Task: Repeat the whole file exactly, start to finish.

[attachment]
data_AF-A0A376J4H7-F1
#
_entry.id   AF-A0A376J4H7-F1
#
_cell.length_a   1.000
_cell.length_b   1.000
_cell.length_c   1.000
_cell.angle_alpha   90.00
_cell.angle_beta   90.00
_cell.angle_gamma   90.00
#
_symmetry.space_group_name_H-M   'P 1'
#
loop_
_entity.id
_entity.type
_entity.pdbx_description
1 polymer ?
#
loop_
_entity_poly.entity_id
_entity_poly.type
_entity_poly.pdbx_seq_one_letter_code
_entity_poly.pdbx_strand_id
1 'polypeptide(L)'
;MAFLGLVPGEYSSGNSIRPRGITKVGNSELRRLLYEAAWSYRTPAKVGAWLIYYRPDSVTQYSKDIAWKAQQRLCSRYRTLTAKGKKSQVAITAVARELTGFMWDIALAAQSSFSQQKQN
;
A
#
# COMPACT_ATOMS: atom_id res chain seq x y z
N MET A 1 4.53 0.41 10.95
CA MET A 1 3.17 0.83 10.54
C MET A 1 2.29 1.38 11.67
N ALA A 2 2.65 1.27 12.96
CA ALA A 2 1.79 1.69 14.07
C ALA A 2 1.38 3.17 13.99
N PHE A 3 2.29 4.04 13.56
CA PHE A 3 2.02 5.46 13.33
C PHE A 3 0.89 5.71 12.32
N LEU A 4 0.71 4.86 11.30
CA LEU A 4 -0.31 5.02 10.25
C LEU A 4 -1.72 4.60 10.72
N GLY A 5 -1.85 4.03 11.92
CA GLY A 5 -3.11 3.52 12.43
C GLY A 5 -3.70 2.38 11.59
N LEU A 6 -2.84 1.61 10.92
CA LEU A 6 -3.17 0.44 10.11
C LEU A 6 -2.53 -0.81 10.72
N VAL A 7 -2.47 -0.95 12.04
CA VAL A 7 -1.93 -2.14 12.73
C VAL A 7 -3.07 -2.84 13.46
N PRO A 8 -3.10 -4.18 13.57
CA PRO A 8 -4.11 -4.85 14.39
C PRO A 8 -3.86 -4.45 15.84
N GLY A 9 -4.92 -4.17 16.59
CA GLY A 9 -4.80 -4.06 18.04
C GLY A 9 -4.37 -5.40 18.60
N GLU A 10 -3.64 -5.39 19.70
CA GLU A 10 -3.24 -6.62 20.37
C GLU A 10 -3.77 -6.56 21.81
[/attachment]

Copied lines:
data_AF-A0A376J4H7-F1
#
_entry.id   AF-A0A376J4H7-F1
#
_cell.length_a   1.000
_cell.length_b   1.000
_cell.length_c   1.000
_cell.angle_alpha   90.00
_cell.angle_beta   90.00
_cell.angle_gamma   90.00
#
_symmetry.space_group_name_H-M   'P 1'
#
loop_
_entity.id
_entity.type
_entity.pdbx_description
1 polymer ?
#
loop_
_entity_poly.entity_id
_entity_poly.type
_entity_poly.pdbx_seq_one_letter_code
_entity_poly.pdbx_strand_id
1 'polypeptide(L)'
;MAFLGLVPGEYSSGNSIRPRGITKVGNSELRRLLYEAAWSYRTPAKVGAWLIYYRPDSVTQYSKDIAWKAQQRLCSRYRTLTAKGKKSQVAITAVARELTGFMWDIALAAQSSFSQQKQN
;
A
#
# COMPACT_ATOMS: atom_id res chain seq x y z
N MET A 1 4.53 0.41 10.95
CA MET A 1 3.17 0.83 10.54
C MET A 1 2.29 1.38 11.67
N ALA A 2 2.65 1.27 12.96
CA ALA A 2 1.79 1.69 14.07
C ALA A 2 1.38 3.17 13.99
N PHE A 3 2.29 4.04 13.56
CA PHE A 3 2.02 5.46 13.33
C PHE A 3 0.89 5.71 12.32
N LEU A 4 0.71 4.86 11.30
CA LEU A 4 -0.31 5.02 10.25
C LEU A 4 -1.72 4.60 10.72
N GLY A 5 -1.85 4.03 11.92
CA GLY A 5 -3.11 3.52 12.43
C GLY A 5 -3.70 2.38 11.59
N LEU A 6 -2.84 1.61 10.92
CA LEU A 6 -3.17 0.44 10.11
C LEU A 6 -2.53 -0.81 10.72
N VAL A 7 -2.47 -0.95 12.04
CA VAL A 7 -1.93 -2.14 12.73
C VAL A 7 -3.07 -2.84 13.46
N PRO A 8 -3.10 -4.18 13.57
CA PRO A 8 -4.11 -4.85 14.39
C PRO A 8 -3.86 -4.45 15.84
N GLY A 9 -4.92 -4.17 16.59
CA GLY A 9 -4.80 -4.06 18.04
C GLY A 9 -4.37 -5.40 18.60
N GLU A 10 -3.64 -5.39 19.70
CA GLU A 10 -3.24 -6.62 20.37
C GLU A 10 -3.77 -6.56 21.81